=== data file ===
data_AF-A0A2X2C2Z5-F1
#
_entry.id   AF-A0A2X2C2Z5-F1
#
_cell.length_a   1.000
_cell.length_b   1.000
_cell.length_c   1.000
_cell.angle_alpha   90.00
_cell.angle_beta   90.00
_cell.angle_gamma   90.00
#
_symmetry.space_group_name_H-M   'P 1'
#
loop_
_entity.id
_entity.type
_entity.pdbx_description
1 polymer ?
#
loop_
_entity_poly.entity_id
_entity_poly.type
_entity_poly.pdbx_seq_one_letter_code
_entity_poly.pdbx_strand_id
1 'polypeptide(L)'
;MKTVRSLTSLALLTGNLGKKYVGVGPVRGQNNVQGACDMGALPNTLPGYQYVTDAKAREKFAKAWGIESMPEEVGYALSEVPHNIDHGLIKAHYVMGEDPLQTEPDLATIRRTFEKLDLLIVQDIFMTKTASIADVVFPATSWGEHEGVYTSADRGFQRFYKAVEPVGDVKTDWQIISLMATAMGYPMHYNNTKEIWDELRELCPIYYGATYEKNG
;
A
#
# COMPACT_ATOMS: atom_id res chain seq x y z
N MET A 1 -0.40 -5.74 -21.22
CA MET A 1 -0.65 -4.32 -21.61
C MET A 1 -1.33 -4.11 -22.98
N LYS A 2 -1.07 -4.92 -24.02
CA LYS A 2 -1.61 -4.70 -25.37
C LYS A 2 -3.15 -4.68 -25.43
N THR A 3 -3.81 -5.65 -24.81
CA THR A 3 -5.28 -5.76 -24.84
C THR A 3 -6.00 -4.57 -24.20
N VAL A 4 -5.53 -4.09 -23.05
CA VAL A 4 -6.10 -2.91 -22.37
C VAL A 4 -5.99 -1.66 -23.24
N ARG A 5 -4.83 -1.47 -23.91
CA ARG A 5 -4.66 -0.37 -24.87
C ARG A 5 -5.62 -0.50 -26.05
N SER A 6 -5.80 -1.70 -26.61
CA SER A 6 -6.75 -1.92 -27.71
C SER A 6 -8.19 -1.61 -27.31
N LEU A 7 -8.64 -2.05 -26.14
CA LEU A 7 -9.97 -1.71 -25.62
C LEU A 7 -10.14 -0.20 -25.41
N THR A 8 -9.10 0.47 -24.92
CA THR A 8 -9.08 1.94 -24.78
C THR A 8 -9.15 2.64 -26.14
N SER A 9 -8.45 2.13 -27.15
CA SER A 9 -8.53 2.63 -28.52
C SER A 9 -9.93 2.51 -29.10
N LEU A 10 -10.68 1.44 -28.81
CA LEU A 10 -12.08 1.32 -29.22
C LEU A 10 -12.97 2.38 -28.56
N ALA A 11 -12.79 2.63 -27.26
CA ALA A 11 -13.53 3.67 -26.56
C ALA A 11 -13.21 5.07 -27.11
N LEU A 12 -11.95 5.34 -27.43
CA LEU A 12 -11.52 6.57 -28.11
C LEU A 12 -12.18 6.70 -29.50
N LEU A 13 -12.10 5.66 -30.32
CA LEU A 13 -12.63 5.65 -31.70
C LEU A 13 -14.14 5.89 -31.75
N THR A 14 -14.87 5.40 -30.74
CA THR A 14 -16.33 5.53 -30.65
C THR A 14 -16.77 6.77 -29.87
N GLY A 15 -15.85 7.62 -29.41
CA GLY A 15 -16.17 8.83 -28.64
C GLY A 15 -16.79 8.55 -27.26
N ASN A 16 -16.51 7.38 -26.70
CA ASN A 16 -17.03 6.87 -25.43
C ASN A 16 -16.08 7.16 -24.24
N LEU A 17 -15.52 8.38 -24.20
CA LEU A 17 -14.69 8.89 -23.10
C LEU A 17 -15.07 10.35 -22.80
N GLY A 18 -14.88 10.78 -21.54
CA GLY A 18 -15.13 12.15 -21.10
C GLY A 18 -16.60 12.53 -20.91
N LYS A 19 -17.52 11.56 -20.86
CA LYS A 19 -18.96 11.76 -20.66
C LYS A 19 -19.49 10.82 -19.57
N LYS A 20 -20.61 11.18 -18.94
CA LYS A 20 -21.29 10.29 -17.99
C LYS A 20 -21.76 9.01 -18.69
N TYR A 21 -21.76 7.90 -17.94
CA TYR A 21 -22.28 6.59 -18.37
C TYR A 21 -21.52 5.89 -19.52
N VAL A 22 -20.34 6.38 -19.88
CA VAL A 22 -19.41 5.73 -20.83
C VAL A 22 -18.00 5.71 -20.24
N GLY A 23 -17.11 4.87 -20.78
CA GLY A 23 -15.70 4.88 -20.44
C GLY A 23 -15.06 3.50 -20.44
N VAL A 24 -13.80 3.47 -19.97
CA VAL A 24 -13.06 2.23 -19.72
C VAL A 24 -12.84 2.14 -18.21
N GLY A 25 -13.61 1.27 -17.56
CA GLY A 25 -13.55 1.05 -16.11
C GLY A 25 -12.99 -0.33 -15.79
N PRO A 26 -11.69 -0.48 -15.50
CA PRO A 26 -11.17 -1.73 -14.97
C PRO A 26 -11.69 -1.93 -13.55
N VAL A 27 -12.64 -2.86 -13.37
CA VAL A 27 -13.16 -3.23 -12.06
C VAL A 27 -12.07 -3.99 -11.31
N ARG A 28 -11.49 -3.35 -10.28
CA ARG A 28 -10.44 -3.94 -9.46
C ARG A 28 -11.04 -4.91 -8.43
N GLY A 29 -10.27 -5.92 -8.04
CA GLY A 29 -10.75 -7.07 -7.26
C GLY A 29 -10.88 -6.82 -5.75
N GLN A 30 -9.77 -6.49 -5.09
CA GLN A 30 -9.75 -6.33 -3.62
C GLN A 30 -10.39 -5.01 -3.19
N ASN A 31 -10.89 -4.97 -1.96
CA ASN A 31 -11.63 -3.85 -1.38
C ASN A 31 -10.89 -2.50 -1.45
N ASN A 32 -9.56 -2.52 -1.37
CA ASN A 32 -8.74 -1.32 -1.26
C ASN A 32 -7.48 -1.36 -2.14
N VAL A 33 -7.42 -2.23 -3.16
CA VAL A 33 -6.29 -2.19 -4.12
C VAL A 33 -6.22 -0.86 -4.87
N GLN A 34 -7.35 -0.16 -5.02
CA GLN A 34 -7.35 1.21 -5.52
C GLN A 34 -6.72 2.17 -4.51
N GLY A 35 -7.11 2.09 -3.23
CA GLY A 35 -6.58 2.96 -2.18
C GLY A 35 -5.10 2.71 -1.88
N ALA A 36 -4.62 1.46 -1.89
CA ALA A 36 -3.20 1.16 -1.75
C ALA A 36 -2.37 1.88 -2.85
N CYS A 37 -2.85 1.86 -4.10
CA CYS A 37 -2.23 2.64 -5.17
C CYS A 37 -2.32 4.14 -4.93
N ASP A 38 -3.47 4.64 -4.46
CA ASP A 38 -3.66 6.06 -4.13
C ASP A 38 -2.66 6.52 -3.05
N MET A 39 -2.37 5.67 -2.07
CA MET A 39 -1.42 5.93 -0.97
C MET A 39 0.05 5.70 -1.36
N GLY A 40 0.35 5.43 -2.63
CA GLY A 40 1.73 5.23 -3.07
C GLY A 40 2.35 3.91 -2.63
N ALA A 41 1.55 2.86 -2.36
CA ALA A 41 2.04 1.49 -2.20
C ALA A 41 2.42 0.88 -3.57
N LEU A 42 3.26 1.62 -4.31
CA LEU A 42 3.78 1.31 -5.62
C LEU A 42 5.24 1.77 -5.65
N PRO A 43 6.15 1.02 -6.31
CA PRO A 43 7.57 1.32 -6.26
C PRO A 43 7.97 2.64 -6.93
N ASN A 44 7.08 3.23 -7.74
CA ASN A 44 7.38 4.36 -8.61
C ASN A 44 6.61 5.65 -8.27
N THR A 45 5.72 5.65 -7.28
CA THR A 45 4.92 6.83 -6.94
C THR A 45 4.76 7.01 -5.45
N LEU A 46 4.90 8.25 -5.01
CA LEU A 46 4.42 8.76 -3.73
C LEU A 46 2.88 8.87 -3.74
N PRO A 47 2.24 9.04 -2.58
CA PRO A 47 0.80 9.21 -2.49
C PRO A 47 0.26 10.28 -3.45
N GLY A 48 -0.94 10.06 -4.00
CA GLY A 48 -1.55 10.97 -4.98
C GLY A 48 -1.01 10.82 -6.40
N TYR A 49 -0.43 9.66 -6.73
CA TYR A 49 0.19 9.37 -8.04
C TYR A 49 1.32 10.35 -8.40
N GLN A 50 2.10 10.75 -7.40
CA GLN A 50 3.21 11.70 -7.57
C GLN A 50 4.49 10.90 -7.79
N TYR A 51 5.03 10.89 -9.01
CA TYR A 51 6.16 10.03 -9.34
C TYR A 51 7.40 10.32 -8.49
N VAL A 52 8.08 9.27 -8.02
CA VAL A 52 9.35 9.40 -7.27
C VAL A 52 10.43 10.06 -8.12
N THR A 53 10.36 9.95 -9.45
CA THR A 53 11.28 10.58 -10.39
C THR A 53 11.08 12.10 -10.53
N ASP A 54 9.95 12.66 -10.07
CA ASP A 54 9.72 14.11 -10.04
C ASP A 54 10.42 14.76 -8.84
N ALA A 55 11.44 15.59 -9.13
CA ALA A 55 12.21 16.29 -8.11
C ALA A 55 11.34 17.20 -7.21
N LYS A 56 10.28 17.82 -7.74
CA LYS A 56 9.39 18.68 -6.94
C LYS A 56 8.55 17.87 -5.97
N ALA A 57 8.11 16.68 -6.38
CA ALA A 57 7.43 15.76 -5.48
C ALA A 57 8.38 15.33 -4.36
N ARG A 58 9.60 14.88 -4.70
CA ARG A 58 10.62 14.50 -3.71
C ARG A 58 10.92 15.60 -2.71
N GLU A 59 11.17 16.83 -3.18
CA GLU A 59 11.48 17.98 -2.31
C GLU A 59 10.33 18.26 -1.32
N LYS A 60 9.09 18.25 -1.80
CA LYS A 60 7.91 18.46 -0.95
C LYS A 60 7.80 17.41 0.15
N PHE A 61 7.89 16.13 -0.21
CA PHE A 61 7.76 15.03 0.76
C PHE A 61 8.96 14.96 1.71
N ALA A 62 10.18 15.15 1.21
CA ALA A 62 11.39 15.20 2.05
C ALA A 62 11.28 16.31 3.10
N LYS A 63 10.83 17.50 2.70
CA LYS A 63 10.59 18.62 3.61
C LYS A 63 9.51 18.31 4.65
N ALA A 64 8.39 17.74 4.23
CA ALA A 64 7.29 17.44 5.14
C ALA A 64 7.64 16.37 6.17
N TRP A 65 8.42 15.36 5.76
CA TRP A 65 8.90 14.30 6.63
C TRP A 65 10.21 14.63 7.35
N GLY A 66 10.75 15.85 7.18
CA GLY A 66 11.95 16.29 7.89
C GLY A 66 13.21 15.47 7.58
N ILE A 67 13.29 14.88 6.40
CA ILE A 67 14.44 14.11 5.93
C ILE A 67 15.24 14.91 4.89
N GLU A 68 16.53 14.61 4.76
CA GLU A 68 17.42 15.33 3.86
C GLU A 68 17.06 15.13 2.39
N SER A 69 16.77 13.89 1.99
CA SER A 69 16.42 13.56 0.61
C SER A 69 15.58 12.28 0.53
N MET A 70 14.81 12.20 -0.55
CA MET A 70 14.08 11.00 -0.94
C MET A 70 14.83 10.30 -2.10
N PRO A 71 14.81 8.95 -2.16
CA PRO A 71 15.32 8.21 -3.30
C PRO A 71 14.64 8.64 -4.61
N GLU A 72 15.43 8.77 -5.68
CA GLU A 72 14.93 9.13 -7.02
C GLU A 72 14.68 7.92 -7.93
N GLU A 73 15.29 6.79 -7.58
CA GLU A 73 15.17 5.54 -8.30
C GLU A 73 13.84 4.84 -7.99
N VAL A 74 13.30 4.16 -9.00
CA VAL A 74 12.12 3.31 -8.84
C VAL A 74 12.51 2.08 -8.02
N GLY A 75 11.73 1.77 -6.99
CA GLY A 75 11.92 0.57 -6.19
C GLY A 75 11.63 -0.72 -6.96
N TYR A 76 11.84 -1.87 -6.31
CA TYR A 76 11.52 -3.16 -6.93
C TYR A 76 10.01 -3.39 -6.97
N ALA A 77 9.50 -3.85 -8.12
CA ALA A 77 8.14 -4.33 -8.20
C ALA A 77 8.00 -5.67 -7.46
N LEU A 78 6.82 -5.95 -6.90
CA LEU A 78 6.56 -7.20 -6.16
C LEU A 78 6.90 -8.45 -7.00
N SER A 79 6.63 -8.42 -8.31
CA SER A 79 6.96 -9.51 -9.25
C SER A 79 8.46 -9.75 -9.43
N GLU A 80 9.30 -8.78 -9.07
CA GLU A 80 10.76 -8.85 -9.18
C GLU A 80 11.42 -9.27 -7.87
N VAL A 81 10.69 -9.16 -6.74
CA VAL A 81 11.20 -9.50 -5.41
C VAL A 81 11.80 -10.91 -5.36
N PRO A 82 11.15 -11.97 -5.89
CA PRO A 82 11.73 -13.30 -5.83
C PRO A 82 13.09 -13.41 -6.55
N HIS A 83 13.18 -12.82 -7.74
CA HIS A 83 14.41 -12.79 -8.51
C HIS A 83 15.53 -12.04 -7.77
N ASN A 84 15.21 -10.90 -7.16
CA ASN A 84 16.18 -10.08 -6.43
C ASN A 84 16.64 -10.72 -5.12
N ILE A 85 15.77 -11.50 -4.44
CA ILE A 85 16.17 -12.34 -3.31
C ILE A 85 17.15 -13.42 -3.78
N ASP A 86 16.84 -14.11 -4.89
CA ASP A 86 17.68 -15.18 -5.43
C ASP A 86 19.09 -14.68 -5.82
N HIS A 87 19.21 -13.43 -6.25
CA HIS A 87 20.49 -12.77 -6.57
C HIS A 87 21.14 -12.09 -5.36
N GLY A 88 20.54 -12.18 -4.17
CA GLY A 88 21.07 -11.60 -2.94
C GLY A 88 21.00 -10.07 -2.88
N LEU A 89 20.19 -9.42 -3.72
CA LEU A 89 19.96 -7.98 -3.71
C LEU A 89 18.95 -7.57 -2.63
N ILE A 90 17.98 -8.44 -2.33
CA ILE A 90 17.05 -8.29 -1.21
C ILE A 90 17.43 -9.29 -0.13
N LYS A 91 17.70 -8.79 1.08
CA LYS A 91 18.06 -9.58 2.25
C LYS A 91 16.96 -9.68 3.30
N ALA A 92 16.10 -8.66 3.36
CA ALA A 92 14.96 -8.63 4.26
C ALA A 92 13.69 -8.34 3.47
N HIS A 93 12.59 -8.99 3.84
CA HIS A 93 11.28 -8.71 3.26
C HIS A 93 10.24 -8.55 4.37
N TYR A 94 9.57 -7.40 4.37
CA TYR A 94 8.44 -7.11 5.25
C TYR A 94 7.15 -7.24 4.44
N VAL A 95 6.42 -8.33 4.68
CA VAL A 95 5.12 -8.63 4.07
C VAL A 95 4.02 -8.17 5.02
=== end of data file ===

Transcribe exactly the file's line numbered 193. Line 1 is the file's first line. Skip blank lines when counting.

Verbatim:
N ALA A 55 11.44 15.59 -9.13